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Research Letter
May 13, 2020

Feasibility of Integration of Resident Surgical Evaluations Into the Electronic Medical Record

Author Affiliations
  • 1Department of Obstetrics and Gynecology, Denver Health Medical Center, Denver, Colorado
  • 2University of Colorado School of Medicine, Aurora
  • 3Rocky Mountain Poison and Drug Safety, Denver Health Medical Center, Denver, Colorado
  • 4Denver Health Medical Center, Denver, Colorado
JAMA Surg. Published online May 13, 2020. doi:10.1001/jamasurg.2020.0845

Evaluation of a resident’s surgical performance is key to the developing surgeon’s education; however, collecting surgical feedback can be problematic for residents and faculty members alike. This study aims to describe how a surgical evaluation tool can be presented to surgeons in a new way through integration into the electronic medical record.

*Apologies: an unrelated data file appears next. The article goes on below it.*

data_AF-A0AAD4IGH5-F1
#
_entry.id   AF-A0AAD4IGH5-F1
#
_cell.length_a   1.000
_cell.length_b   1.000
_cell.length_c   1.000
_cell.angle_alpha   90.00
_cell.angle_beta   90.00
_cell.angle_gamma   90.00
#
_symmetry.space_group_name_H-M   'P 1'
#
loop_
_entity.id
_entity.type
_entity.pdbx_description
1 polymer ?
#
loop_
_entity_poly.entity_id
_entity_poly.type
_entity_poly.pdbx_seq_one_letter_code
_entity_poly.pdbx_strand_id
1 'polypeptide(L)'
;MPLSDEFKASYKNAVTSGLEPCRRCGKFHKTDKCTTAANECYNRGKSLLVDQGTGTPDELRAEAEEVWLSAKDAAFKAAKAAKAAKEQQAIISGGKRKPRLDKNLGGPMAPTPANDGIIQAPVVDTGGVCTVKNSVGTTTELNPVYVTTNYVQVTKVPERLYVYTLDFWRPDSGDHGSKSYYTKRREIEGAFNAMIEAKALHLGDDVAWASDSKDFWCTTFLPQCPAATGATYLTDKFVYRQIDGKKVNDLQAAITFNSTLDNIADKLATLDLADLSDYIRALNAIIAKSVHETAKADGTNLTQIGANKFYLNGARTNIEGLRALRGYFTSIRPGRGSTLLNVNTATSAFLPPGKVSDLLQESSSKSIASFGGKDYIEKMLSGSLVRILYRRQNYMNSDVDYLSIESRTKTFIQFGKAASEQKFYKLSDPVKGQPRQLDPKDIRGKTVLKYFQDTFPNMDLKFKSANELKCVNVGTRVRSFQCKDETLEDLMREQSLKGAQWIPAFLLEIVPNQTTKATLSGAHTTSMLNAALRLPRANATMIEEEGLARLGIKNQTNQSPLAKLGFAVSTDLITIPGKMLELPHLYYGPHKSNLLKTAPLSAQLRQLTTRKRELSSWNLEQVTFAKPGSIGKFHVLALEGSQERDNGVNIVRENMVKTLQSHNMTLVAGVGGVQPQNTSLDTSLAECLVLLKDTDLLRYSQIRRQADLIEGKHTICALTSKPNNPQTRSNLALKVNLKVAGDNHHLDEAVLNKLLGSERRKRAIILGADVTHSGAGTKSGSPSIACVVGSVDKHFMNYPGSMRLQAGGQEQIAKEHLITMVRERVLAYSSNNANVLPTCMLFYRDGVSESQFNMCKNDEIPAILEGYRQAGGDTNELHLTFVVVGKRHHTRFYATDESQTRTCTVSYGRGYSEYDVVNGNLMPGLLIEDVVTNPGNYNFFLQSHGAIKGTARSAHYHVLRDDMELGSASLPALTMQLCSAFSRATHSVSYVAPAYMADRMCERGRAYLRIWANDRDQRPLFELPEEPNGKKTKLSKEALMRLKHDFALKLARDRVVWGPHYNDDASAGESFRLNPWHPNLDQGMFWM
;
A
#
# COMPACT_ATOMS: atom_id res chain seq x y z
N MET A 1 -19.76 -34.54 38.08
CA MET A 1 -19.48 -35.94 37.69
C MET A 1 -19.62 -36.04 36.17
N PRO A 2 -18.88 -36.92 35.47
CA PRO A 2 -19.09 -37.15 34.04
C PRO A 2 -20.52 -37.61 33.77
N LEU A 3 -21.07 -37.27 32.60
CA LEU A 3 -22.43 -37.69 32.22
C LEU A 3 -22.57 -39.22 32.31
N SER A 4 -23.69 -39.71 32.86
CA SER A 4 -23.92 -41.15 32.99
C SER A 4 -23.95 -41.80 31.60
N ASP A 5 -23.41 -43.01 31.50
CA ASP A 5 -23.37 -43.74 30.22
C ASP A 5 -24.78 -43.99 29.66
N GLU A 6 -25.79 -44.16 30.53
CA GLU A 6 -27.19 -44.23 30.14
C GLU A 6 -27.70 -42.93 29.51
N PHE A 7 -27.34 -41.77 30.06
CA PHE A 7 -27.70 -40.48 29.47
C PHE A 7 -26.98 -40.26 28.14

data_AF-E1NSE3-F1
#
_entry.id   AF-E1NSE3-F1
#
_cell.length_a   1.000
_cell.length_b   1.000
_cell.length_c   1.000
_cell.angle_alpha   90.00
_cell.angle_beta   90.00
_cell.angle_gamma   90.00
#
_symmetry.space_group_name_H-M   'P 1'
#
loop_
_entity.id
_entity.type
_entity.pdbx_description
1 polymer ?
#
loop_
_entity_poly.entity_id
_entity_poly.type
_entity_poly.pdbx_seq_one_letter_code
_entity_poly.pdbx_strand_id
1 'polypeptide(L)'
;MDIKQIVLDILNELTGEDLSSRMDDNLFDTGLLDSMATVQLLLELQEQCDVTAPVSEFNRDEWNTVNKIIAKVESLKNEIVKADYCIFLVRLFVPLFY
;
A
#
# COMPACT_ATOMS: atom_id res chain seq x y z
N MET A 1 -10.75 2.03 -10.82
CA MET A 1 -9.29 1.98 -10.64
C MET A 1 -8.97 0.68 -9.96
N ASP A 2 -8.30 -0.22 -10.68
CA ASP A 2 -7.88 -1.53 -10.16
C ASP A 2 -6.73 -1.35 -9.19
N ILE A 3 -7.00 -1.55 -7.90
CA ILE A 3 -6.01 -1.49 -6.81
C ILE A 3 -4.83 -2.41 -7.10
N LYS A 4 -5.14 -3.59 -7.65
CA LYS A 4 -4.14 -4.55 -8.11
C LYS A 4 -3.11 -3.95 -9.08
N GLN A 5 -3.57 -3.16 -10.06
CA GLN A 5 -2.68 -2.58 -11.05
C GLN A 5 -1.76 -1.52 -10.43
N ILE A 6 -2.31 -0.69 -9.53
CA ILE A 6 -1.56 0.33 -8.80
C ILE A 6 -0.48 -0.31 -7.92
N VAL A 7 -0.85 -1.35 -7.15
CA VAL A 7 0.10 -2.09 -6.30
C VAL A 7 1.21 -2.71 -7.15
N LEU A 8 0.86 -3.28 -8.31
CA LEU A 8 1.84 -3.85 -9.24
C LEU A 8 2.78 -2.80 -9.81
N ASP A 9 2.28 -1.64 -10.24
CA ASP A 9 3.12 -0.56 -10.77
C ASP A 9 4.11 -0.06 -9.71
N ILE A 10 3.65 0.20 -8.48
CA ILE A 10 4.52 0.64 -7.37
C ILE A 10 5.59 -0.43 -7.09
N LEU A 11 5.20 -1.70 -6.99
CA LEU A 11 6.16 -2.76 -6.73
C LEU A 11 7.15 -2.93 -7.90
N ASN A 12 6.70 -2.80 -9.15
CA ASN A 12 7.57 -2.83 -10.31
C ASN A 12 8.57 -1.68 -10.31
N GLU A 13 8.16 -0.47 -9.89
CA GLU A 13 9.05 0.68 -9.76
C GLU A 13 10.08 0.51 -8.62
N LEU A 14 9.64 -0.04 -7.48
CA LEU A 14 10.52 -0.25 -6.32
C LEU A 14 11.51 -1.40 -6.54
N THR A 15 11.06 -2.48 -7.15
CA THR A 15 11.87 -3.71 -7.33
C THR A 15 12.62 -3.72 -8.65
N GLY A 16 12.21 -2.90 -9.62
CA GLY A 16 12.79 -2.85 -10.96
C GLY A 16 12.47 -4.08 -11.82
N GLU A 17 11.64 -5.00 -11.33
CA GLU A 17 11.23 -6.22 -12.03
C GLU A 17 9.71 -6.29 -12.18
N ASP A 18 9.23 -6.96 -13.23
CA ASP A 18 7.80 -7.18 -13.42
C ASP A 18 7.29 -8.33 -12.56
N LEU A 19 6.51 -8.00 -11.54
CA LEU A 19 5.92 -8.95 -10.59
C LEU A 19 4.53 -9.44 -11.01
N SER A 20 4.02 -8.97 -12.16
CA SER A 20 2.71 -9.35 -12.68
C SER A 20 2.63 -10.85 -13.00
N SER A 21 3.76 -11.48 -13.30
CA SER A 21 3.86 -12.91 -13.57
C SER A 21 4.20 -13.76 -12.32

This descriptive study was conducted in an academic safety-net hospital from February 2019 through June 2019. A novel tool was developed within the Epic electronic medical record (EMR) system that resulted in an in-basket message (Figure 1) to the faculty surgeon of record on case completion. The process was created by a physician builder in the EMR with the assistance of an EMR analyst; they required approximately 15 hours of personnel time to build and test this tool. The message contained a link to complete a surgical evaluation via Qualtrics (SAP), an outside survey platform. The evaluation tool consisted of the previously validated Zwisch1 scale, with 2 additional questions to allow free-text feedback on resident performance. When the evaluation was completed, an email was instantly generated to the operating resident, providing nearly real-time feedback. At the conclusion of the study, the proportion of the number of completed evaluations to the total number generated was calculated. After the study was completed, an anonymous survey was sent to the faculty surgeons and residents to assess the acceptability of the tool and the outcome the tool had on the amount of feedback given and received. This project was reviewed by the Colorado Multiple Institutional Review Board and determined to be exempt. Each participant provided informed consent with the completion of the survey. Data analysis was completed with SAS version 9.4 (SAS Institute).

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